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LETTER TO EDITOR
Year : 2021  |  Volume : 5  |  Issue : 1  |  Page : 129-130

A painless bump on scalp


Department of Dermatology, Venerology and Leprosy, Bangalore Medical College and Research Institute, Bengaluru, Karnataka, India

Date of Submission23-Jan-2020
Date of Decision15-Apr-2020
Date of Acceptance10-May-2020
Date of Web Publication19-Feb-2021

Correspondence Address:
Seetharampura Ramamurthy Radhika
No. 12, 1st Cross, Sri Krupa Layout, Abbigere, Chikkabanavara Post, Bengaluru - 560 090, Karnataka
India
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Source of Support: None, Conflict of Interest: None


DOI: 10.4103/CDR.CDR_2_20

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How to cite this article:
Radhika SR, Shilpa K, Budamakuntla L. A painless bump on scalp. Clin Dermatol Rev 2021;5:129-30

How to cite this URL:
Radhika SR, Shilpa K, Budamakuntla L. A painless bump on scalp. Clin Dermatol Rev [serial online] 2021 [cited 2021 Apr 18];5:129-30. Available from: https://www.cdriadvlkn.org/text.asp?2021/5/1/129/309753



Sir,

A 20-year-old female presented to us with an asymptomatic solitary swelling in the scalp for 4 years that gradually progressed over years to reach the present size of 1 cm × 1 cm. There was no history of trauma prior to the onset of the swelling and also no history of any spontaneous bleeding/bleeding on trivial touch. On examination, a solitary pink-colored pedunculated papule was noted in the vertex, and on palpation, it was firm in consistency [Figure 1]. The surrounding skin was normal. Syringocystadenoma papilleferum, trichilemmomma, and appendageal tumors were the differential diagnoses that were thought of. Excision biopsy showed cystic downgrowth from the epidermis extending into the dermis, with papillary structures projecting into the lumen of the cyst [Figure 2]a and the cyst lined by bi-layered epithelium with stroma showing dense plasma cell infiltrate [Figure 2]b, which was consistent with syringocystadenoma papilliferum. [Figure 3] is the scanner view of the same slide.
Figure 1: A solitary pedunculated pink-colored papule

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Figure 2: (a) Cystic downgrowth from the epidermis extending into the dermis, with papillary structures projecting into the lumen of the cyst. (b) The cyst is lined by a bi-layered epithelium with stroma showing dense plasma cell infiltrate (H&Ex10)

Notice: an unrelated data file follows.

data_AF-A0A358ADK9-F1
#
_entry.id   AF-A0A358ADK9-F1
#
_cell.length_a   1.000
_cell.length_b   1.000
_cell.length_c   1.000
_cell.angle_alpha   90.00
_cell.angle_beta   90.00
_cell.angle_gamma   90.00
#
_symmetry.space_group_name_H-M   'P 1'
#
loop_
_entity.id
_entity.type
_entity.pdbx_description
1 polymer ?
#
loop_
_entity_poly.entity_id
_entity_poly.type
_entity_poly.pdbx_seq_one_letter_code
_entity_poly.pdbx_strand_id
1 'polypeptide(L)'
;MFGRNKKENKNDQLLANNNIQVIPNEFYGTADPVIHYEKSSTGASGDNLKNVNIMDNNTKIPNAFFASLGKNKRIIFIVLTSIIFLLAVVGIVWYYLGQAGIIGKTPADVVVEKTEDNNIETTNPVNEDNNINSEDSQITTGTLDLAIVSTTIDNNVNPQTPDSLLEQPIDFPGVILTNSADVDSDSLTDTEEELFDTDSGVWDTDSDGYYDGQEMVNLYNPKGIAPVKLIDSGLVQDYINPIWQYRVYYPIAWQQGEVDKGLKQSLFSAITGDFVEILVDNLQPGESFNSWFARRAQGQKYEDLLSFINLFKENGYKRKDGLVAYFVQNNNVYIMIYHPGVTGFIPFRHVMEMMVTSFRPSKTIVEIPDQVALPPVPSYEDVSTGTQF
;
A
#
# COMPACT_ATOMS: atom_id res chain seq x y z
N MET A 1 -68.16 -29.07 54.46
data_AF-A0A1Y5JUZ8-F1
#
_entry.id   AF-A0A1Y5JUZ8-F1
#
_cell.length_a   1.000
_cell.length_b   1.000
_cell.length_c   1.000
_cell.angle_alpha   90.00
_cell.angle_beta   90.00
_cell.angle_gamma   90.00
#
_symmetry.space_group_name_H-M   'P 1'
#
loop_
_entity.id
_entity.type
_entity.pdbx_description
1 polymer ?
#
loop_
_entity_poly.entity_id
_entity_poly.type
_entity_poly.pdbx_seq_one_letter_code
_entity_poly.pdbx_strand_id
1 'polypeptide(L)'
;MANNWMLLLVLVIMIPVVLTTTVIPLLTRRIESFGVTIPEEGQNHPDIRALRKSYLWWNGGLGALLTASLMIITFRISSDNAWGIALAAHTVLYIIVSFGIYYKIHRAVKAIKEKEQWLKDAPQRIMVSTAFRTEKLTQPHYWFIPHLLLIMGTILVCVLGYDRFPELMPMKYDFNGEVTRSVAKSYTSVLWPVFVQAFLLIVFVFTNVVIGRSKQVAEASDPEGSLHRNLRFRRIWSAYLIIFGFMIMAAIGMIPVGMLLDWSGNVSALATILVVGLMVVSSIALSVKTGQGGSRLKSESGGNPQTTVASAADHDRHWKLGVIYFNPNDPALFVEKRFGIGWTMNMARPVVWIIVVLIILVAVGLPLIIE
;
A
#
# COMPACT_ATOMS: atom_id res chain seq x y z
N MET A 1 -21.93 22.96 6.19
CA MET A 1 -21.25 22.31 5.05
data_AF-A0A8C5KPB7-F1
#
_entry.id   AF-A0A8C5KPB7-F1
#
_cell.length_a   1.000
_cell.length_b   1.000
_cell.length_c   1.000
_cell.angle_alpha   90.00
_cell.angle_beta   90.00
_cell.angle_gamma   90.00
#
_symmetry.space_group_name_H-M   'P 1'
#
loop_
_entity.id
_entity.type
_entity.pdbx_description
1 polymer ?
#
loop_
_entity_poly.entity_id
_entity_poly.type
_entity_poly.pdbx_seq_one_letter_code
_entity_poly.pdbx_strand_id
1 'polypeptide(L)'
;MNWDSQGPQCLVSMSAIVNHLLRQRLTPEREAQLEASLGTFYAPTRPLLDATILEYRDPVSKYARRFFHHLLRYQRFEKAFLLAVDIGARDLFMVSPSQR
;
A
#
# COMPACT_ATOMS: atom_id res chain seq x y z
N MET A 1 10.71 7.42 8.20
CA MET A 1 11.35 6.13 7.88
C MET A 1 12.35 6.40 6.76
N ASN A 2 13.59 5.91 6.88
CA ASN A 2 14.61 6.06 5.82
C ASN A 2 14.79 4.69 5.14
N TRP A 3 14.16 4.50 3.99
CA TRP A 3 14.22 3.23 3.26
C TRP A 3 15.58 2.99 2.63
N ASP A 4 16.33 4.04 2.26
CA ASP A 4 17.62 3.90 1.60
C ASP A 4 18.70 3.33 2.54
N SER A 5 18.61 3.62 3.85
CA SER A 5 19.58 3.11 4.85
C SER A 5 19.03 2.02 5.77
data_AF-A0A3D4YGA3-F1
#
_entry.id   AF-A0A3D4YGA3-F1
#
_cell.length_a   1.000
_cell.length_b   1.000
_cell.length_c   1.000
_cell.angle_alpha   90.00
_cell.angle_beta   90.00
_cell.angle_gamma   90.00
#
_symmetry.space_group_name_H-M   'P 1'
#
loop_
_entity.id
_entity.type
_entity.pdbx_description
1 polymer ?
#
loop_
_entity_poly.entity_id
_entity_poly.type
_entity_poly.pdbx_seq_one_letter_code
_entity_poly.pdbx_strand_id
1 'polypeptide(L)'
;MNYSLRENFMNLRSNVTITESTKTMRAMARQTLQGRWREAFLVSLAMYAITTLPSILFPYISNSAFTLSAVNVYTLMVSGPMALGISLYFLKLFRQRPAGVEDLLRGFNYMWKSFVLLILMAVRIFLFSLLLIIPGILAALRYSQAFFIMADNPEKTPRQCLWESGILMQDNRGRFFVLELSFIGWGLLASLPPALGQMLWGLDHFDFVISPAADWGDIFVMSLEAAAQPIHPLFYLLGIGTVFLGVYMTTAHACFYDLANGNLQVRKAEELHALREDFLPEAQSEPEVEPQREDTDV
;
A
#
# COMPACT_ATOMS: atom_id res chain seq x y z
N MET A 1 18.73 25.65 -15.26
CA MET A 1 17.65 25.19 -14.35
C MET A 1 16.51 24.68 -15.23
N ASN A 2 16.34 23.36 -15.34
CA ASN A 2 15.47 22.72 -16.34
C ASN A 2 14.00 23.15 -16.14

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Figure 3: Scanner view of the slide

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Syringocystadenoma papilliferum is a rare adnexal hamartomatous tumor which originates from the apocrine glands.[1] Usually, half of the cases are present at birth, and 1/3rd are present during puberty.[2] It has varied clinical presentation de novo or within a nevus sebaceous. Three clinical subtypes have been described – plaque type, linear type, and solitary nodular type.[3] This tumor is clinically characterized by asymptomatic, skin-colored to pink papules, or plaques, most commonly present on the head-and-neck region; however, tumor in other areas, such as vulva, external ear, lower leg, and scrotum, are also reported. Malignant changes such as basal cell carcinoma, squamous cell carcinoma, and ductal carcinoma can be observed, which arise from the precursor lesion like organoid nevi.[4] Syringocystadenocarcinoma papilliferum is the malignant counterpart of syringocystadenoma papilliferum.[5] Histopathology is an accurate option for the diagnosis, and excision is the treatment of choice.

Hence, this is a rare case of syringocystadenoma papilliferum occurring as a solitary pedunculated papule without its usual association – nevus sebaceous.

Declaration of patient consent

The authors certify that they have obtained all appropriate patient consent forms. In the form the patient(s) has/have given his/her/their consent for his/her/their images and other clinical information to be reported in the journal. The patients understand that their names and initials will not be published and due efforts will be made to conceal their identity, but anonymity cannot be guaranteed.

Financial support and sponsorship

Nil.

Conflicts of interest

There are no conflicts of interest.



 
  References Top

1.
Al Hawsawi K, Alharazi A, Ashary A, Siddique A. Syringocystadenoma papilliferum: A case report and review of the literature. Case Rep Dermatol 2019;11:36-9.  Back to cited text no. 1
    
2.
Vyas SP, Kothari DC, Goyal VK. Syringocystadenoma papilliferum of scalp: A rare case report. IJSS 2015;2:182-5.  Back to cited text no. 2
    
3.
Shah PA, Singh VS, Bhalekar S, Sudhamani S, Paramjit E. Syringocystadenoma papilliferum: A rare case report with review of literature. J Sci Soc 2016;43:96-8.  Back to cited text no. 3
  [Full text]  
4.
Godkhindi VM, Meshram DP, Deshpande SA, Suvernekar SV. Syringocystadenoma Papilliferum-Case report. IOSR JDMS 2013;5:43-6.  Back to cited text no. 4
    
5.
Sangma MM, Dasiah SD, Bhat V R. Syringocystadenoma papilliferum of the scalp in an adult male-A case report. J Clin Diagn Res 2013;7:742-3.  Back to cited text no. 5
    


    Figures

  [Figure 1], [Figure 2], [Figure 3]



 

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